Harry's Danceland is opening again in Latrobe, but not the way it used to be -- and not with the iconic name.
"We thought about maybe [calling it] Danceland's Club Ice," said Harry A. Lattanzio, who plans to open the under-21 club in September or October. "But [the original] Danceland was my father's baby, and you need big shoes to follow in his footsteps."
Last month, his father, Harry C. Lattanzio, responded to a question he had heard for years: "When are you going to have another oldies dance?"
OCCUPATION: Since 1941, operated Skateland, later called Harry's Danceland and other names for young people in his building in Latrobe.
FAMILY: Lives in Latrobe with Ann, his wife of 53 years; the couple has four children: Harry A. of Laurel Mountain, Ron of Johnstown, Julie Cindric of Texas and Joanne Keene of Massachusetts; and 17 grandchildren.
EARLY YEARS: Born and grew up in Hillside, Derry Township, then moved to Latrobe.
QUOTABLE: "I couldn't have lived in a better city than Latrobe. They treated me royally, and it was fun to live here. I wouldn't trade it for any other city."
He finally did, and on May 15, it was déjà vu as hundreds of '50s-era rock 'n' rollers came back to dance once again to the music they grew up with, when the place was called Harry's Danceland. The reunion dance was such a significant event in town that Latrobe council declared May 15 as Harry Lattanzio Day.
The elder Mr. Lattanzio thinks that a new club for teens is a great idea.
"There's nothing around here like that," he said. "There's no place for the kids to go and dance. When I was running the place, we had kids coming from all around, and it was a safe place to be."
From 1941 until about five years ago, his dance club at 201 Depot St. -- under various names --drew young people from the Latrobe area and farther away.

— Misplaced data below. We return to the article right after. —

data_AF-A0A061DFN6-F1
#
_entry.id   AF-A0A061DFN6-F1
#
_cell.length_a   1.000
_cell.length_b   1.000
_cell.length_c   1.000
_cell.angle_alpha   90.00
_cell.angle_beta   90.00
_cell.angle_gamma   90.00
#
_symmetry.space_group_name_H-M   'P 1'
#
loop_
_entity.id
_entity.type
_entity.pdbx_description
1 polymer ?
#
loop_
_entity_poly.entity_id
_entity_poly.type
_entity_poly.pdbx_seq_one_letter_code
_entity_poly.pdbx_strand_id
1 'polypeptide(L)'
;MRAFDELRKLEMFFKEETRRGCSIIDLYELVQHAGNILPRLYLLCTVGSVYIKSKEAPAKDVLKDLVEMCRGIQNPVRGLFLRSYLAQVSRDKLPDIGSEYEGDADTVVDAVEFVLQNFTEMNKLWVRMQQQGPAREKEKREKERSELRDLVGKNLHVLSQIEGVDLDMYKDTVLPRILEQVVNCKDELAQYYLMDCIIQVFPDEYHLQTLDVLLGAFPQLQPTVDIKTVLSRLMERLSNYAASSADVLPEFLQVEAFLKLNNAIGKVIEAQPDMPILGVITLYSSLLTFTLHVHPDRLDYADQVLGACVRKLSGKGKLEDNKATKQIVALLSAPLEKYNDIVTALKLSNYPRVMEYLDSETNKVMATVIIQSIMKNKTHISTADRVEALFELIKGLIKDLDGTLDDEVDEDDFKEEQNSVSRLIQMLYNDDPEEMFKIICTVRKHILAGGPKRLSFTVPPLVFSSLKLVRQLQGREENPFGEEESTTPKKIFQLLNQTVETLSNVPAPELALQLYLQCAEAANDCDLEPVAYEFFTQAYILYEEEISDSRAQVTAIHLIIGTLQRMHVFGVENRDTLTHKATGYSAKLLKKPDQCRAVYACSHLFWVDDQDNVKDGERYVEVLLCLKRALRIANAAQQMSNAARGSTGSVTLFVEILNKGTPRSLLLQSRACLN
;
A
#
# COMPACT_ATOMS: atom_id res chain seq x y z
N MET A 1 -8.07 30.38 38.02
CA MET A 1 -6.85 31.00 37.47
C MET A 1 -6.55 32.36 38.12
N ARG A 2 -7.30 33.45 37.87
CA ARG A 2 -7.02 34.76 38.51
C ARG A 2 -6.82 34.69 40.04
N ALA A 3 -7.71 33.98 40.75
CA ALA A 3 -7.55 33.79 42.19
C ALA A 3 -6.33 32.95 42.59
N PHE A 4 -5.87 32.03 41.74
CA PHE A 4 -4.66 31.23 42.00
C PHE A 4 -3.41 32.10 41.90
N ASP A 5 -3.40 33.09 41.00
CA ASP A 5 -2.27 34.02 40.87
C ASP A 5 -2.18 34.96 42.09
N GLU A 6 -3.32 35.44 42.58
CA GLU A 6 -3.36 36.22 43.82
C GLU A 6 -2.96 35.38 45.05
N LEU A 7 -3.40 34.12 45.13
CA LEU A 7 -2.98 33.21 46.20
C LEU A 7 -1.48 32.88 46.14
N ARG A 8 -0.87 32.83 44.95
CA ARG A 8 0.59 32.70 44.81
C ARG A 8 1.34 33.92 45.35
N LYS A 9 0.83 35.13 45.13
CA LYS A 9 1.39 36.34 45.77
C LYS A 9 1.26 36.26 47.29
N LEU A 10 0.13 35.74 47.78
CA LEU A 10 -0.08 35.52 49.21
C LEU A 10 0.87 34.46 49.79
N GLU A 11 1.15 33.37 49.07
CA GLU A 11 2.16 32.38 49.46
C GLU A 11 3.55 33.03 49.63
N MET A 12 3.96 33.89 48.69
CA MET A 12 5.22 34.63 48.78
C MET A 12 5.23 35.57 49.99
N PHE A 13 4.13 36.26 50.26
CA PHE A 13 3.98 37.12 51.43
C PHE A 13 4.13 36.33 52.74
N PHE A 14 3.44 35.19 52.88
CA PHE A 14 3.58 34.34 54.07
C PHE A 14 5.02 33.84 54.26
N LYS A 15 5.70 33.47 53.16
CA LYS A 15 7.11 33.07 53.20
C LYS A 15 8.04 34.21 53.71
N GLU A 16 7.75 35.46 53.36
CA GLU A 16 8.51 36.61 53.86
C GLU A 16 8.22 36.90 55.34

The elder Mr. Lattanzio was born in Hillside, a village in Derry Township, where his parents ran a small grocery store. When he was 6, his father, Anthony, was killed while crossing railroad tracks on a stormy night. Anthony Lattanzio's widow, Julia, continued running the store, then moved her family to Latrobe in the 1940s.
Mr. Lattanzio originally called his place Skateland. During World War II, his sisters, Virginia and Rose, ran it while he served three years with the U.S. Army.
He eventually renamed the place Harry's Danceland, and that was its most popular incarnation with live headliner bands. Many of the entertainers were rising stars that he saw on "American Bandstand."
So many famous entertainers came to Latrobe that Mr. Lattanzio was called "the Dick Clark of Western Pennsylvania." He brought in the Glenn Miller Orchestra, Frankie Avalon, Dionne Warwick, Conway Twitty, Chubby Checker, Paul Anka, Fabian, Little Anthony and the Imperials, Bo Diddley and more.
When the music wasn't live, teens danced to records spun by Pittsburgh disc jockeys Barry Kaye, Jay Michael, Clark Race and Porky Chedwick.
Danceland later turned into Bonkers, Illusion, Planet Bubba (the last time the elder Mr. Lattanzio ran it), and for a short time in 2008, it was Club Ice under different management.
"We always had big crowds and the kids enjoyed themselves," Mr. Lattanzio said. "We had some pretty good shows."
His son recalled that he worked at the dances more than he danced.
"The kids were great, they were always respectful and I think that had to do with how my father treated them."
A lot of those "kids" came back for the recent oldies dance, many with stories to tell and some with notes.
"You provided a great time for all of us now 'oldies,' " one person wrote.
Another wrote: "Wow, I never thought I'd return to Harry's Danceland."
The senior Mr. Lattanzio is a local legend.
"I think it's great that he was honored with the proclamation," said his wife, Ann, who met him at the dances. "It was a long time coming."
Mr. Lattanzio has a mutual admiration for the town and its people.
"I couldn't have lived in a better city than Latrobe," he said.
His son owns PRS Pharmacy Services Inc., a consultant for independent pharmacies that has its headquarters in the same building that housed Danceland. He and his wife, Kelly, who live in Laurel Mountain, will run the new dance club and already have opened the place for charity events and private parties.
"We hope to go weekly with the dances, but we'll probably start off monthly to see how it goes,'' he said.
The original Harry claims that he will not be involved in the new dance club.
"That's their deal," he said of his son and daughter-in-law.
But his son doubts it.
"He can do whatever he wants," the younger Mr. Lattanzio said. "But I'll bet he'll be there. It's going to be hard to keep him away."
Maryann Gogniat Eidemiller, freelance: firstname.lastname@example.org .